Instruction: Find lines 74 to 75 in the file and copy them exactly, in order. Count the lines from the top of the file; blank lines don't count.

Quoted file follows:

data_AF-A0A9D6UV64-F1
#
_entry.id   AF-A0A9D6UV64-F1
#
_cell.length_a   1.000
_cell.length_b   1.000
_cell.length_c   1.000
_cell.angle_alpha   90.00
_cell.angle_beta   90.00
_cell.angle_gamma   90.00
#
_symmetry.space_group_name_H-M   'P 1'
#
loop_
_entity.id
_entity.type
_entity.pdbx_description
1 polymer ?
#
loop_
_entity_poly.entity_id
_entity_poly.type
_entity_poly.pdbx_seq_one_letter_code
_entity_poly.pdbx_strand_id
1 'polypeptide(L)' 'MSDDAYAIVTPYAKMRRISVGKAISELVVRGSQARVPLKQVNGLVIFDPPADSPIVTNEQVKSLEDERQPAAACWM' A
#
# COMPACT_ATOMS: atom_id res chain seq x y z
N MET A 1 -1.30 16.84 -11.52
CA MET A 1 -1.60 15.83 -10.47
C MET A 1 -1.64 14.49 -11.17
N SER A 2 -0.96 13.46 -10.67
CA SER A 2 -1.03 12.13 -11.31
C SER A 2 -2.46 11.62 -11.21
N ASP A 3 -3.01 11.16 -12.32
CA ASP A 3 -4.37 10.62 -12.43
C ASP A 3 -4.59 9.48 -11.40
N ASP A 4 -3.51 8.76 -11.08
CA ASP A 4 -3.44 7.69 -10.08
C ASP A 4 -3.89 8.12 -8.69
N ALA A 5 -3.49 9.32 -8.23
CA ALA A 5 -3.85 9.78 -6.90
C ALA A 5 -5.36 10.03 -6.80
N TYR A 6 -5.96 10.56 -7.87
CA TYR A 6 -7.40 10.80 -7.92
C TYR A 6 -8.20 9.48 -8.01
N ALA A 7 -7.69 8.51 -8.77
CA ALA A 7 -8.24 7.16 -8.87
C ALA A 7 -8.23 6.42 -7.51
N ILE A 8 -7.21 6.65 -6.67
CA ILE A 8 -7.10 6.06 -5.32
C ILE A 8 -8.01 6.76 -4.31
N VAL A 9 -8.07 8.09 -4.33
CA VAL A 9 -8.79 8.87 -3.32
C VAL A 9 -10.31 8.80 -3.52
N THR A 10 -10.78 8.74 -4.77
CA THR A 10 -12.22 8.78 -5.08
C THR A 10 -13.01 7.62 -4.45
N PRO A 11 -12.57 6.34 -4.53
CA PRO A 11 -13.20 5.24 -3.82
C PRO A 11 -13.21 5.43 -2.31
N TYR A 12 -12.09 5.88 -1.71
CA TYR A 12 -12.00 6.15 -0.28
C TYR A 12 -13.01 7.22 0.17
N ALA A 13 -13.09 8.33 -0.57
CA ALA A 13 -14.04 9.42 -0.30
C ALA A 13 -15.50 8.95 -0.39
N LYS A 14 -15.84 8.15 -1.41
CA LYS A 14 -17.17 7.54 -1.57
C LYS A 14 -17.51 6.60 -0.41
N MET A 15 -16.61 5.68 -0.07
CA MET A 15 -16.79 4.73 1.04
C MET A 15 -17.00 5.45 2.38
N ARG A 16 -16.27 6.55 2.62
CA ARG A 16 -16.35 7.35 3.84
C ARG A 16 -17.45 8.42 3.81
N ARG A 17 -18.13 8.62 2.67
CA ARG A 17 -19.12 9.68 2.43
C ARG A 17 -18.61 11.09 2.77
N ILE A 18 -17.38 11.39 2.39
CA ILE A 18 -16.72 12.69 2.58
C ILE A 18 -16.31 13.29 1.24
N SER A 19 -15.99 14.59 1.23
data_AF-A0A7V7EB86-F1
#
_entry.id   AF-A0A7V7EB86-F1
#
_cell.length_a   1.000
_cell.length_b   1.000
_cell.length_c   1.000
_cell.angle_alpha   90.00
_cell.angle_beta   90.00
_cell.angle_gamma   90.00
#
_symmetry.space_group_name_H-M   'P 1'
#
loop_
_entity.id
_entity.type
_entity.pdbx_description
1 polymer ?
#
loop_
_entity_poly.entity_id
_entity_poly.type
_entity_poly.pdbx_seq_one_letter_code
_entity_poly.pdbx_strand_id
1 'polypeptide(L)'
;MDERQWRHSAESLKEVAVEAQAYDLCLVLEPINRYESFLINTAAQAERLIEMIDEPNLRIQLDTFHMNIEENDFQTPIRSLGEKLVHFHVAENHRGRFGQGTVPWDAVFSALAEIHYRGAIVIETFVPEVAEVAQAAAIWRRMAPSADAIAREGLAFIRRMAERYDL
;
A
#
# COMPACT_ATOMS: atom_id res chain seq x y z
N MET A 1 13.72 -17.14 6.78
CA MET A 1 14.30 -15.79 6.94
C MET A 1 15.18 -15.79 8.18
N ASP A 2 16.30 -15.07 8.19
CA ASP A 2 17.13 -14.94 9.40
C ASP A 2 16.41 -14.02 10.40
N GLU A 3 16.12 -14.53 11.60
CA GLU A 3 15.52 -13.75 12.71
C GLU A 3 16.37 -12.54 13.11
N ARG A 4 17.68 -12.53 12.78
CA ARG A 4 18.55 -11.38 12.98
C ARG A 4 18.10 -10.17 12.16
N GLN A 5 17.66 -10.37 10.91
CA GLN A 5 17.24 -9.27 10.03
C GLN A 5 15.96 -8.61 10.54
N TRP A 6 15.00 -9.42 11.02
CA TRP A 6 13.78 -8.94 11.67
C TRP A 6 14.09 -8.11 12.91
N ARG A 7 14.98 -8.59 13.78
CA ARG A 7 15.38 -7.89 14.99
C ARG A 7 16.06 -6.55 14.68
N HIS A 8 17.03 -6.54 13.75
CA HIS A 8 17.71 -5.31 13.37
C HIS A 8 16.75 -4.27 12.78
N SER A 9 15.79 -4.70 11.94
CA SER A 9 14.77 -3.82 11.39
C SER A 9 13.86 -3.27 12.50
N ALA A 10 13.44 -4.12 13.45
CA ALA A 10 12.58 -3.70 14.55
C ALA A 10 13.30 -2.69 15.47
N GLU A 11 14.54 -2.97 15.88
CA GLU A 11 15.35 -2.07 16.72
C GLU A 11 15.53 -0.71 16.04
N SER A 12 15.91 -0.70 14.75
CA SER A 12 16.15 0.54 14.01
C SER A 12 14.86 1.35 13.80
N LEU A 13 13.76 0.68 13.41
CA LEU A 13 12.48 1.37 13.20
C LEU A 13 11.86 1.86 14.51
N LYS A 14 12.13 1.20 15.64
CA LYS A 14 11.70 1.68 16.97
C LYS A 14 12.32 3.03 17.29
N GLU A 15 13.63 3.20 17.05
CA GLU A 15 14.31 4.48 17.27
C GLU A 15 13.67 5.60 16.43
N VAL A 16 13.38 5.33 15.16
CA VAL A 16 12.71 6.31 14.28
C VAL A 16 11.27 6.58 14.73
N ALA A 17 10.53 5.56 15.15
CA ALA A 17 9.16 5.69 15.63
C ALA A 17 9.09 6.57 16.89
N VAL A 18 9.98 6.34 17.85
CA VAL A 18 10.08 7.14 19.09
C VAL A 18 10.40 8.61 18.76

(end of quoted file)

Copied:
CA ARG A 16 -16.35 7.35 3.84
C ARG A 16 -17.45 8.42 3.81